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Artist: Sufjan Stevens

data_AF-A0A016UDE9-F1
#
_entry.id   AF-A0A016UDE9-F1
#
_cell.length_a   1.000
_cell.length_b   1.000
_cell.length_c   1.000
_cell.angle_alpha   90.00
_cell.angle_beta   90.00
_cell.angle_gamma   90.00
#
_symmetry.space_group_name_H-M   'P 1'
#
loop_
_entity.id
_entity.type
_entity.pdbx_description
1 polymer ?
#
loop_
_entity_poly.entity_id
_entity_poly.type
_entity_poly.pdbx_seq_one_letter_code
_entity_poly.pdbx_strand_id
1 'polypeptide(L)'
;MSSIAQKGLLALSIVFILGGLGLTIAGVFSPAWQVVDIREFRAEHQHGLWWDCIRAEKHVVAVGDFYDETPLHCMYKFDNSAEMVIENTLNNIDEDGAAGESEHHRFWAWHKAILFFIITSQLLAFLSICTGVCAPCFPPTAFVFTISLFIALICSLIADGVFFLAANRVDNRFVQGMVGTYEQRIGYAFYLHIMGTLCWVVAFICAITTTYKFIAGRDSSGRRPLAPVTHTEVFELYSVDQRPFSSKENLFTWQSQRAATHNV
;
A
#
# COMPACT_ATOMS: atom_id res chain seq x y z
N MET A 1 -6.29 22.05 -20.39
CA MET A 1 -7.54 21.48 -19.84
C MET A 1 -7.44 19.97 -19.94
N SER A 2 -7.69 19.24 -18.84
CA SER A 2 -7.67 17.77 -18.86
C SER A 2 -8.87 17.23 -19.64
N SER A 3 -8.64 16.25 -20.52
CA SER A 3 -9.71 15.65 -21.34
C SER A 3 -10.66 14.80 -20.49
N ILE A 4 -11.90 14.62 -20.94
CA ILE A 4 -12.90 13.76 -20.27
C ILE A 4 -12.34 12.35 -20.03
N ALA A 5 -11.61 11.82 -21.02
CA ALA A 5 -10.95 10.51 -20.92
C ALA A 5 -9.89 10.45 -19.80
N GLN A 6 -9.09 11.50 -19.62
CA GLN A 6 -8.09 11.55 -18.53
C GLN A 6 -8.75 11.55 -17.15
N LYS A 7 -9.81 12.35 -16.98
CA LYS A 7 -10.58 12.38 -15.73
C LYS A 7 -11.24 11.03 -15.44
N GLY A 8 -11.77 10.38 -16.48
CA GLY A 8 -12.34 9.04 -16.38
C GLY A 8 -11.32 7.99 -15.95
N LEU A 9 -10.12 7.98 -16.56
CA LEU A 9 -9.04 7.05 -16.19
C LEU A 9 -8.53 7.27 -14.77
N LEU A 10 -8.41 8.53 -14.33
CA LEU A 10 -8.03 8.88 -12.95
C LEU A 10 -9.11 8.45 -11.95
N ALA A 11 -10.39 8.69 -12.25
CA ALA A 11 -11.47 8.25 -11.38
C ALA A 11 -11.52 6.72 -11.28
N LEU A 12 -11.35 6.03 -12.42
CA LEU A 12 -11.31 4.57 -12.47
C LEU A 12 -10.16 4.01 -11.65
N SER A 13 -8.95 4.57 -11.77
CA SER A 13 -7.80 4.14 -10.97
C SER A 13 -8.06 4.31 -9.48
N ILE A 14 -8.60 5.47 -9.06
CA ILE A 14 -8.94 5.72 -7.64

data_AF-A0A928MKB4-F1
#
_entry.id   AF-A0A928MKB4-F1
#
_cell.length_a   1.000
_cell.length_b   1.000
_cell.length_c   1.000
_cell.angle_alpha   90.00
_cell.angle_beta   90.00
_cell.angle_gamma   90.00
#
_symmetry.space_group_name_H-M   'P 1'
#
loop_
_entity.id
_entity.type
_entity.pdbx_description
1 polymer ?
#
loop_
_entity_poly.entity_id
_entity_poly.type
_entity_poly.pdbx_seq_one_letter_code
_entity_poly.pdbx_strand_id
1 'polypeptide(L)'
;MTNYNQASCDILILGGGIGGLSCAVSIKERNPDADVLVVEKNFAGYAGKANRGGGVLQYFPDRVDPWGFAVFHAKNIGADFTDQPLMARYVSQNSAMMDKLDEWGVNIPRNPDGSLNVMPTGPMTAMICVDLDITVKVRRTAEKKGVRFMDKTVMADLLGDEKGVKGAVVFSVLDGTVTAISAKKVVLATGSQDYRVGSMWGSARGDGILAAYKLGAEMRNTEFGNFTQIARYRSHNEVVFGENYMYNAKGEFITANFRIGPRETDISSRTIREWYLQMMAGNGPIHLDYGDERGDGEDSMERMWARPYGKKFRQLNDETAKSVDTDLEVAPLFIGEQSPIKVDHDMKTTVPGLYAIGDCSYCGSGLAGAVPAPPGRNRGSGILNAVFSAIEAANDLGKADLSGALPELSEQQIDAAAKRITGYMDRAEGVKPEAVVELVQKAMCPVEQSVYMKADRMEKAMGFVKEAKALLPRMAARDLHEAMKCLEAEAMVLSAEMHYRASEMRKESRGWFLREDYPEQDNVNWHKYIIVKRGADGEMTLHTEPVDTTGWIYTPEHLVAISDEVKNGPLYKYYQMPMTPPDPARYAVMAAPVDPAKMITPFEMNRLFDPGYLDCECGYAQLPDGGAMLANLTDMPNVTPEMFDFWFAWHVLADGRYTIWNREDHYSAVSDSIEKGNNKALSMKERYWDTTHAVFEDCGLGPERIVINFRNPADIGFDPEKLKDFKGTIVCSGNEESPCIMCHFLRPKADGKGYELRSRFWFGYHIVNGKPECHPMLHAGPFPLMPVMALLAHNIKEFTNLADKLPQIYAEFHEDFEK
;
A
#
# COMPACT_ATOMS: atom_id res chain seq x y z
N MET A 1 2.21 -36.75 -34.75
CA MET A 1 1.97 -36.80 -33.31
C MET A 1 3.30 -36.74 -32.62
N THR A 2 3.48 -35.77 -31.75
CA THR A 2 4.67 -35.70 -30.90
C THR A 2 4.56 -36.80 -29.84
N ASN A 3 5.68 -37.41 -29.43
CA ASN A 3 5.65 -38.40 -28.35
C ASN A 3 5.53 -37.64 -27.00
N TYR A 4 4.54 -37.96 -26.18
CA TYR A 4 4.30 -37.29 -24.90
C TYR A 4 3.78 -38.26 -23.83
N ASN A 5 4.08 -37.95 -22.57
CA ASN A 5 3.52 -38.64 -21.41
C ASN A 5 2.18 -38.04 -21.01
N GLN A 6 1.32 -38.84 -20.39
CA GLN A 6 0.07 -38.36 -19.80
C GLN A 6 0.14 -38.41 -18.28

Song Notes: Another winter song, and probably the song heard by the most people who'll get this CD! Illinois is one of the best-reviewed records of the year, and it is pretty good. I tend to think it's a little long, but this is easily my favorite track on here. The repetition of "All things go, all things go" just make the song as does the powerful, driving guitar and backing vocals. Brian Eno had an interesting theory about the lack of Call & Response in pop music writing, but the popularity of it on the charts. His idea was that people like listening to it, because the backing vocals represent a different point of view to the narrator's story, either society, other people, the narrator's friends, or any other combination you can think of—a modern version of the Greek Chorus. However, songwriters now typically are the people who are going to sing the song, and as he's noticed, singers typically tend to determine whether or not a particular segment of a track as being complete when they are singing, and incomplete when they are not singing—hence, they write lyrics for themselves to sing in toto. Sufjan Stevens in this track solves this problem (though, of course, this version ALSO has backing vocals that fulfill this role) -- in the opening verses, the "All things go, All things go" parts would be done by the backing vocalists in a standard song, however, here, he sings them himself—in effect, answering himself, providing the alternate point of view that only hindsight can give (as the rest of the song is in the past tense). It's a really interesting technique, actually. - Rev. Syung Myung Me